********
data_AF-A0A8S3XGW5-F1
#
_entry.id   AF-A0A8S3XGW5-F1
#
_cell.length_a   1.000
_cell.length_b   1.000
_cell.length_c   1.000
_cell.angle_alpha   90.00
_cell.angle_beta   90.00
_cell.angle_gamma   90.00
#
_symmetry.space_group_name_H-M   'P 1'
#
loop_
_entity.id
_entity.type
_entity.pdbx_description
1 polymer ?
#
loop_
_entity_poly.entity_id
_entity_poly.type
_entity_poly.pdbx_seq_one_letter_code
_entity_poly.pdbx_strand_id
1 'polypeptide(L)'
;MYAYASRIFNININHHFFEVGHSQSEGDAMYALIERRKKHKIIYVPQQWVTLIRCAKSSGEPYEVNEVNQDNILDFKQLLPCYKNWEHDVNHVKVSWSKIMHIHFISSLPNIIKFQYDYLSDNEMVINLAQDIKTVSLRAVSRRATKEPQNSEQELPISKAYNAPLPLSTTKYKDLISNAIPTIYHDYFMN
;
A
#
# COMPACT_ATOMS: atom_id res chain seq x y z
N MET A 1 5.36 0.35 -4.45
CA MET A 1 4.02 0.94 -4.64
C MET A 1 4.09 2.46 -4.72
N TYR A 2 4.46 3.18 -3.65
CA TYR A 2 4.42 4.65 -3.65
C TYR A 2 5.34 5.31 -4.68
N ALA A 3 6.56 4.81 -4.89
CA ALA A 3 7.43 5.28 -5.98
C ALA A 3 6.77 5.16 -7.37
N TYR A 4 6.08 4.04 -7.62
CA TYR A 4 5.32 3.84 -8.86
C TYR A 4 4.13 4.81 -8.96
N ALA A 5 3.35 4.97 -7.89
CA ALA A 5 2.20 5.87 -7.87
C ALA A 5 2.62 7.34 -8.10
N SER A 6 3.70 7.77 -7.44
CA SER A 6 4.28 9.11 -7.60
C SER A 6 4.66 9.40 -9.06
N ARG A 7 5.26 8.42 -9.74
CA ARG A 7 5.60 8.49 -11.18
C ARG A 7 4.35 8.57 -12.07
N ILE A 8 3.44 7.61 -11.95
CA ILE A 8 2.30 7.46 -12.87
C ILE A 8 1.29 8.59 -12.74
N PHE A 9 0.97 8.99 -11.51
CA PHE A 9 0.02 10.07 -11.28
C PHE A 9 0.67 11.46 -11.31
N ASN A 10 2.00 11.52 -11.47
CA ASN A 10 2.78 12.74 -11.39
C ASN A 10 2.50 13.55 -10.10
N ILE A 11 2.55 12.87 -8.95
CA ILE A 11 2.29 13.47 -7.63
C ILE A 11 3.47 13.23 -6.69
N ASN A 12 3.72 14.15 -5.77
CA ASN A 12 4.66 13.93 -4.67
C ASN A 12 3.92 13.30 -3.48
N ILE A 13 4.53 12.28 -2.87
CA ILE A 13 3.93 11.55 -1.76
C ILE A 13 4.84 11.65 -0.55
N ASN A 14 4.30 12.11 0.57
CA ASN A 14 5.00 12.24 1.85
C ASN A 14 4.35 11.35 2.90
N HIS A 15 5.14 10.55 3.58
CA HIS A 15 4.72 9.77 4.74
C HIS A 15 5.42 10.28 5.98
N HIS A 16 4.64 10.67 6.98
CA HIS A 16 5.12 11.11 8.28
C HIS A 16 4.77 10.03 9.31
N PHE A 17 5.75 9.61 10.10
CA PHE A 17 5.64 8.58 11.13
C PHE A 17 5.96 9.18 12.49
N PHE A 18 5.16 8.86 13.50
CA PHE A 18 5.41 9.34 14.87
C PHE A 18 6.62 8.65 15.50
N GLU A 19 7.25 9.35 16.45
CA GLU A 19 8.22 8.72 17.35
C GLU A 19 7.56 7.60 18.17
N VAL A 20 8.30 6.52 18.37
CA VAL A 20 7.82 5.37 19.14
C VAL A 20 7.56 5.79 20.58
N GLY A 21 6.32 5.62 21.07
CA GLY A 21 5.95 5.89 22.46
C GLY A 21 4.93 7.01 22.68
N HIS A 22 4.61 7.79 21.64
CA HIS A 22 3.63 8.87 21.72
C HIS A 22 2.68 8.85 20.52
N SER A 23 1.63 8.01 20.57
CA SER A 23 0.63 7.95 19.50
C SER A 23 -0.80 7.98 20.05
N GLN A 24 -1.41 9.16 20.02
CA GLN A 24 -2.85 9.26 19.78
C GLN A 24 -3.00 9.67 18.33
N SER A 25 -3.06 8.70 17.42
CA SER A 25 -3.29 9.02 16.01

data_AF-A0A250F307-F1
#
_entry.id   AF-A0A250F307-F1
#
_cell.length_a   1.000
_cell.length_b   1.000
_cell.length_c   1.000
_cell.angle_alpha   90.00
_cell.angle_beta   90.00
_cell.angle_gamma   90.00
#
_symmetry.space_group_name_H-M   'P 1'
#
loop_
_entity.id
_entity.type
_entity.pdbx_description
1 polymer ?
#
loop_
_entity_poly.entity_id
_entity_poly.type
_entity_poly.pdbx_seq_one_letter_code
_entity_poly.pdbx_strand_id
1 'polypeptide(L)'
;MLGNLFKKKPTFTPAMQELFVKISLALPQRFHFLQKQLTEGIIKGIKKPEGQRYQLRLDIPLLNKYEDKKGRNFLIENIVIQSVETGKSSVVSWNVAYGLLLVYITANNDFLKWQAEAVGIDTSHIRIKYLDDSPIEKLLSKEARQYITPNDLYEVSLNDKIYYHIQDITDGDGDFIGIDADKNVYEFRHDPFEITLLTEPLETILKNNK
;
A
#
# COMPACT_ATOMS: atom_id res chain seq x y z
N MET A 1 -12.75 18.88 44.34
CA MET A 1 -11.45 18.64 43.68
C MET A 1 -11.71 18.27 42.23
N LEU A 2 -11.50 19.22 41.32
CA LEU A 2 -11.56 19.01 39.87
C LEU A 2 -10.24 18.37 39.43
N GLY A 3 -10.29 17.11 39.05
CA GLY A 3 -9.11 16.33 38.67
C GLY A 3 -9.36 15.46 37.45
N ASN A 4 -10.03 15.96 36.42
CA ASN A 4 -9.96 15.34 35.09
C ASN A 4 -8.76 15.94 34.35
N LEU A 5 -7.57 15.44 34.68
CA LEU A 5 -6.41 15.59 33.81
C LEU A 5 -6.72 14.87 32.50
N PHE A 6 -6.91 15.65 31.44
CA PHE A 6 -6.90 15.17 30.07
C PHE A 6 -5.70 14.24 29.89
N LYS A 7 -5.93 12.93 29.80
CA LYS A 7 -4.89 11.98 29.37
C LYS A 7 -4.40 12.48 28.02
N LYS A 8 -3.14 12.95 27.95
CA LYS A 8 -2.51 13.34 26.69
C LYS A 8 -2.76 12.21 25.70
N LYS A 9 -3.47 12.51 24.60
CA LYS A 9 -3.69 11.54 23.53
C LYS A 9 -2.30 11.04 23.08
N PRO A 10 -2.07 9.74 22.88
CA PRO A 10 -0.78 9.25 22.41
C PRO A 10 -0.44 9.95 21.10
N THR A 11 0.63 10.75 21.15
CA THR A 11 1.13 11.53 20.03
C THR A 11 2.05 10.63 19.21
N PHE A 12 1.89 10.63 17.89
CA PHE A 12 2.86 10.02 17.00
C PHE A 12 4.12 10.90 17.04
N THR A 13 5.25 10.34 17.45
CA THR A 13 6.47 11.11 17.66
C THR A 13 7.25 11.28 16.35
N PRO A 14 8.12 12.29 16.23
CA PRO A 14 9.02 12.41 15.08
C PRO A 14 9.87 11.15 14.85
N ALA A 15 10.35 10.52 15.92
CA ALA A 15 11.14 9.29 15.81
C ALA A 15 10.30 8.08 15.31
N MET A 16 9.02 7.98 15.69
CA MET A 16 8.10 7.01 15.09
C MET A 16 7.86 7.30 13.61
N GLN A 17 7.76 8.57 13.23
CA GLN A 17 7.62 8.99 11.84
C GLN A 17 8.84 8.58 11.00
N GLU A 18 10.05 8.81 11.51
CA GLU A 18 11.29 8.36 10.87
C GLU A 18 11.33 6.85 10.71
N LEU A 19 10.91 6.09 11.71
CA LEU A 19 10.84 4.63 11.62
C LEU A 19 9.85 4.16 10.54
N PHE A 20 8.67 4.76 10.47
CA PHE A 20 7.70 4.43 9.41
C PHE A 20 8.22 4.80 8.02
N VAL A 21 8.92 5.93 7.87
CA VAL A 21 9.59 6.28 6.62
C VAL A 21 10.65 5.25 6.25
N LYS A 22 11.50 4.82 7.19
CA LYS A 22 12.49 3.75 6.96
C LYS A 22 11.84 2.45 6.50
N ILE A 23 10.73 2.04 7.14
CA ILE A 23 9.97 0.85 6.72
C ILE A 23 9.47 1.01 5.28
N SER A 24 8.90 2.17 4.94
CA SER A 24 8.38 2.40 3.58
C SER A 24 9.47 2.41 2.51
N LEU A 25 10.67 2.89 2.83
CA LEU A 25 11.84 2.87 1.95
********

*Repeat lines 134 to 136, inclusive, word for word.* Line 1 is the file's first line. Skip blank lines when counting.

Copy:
# COMPACT_ATOMS: atom_id res chain seq x y z
N MET A 1 -12.75 18.88 44.34
CA MET A 1 -11.45 18.64 43.68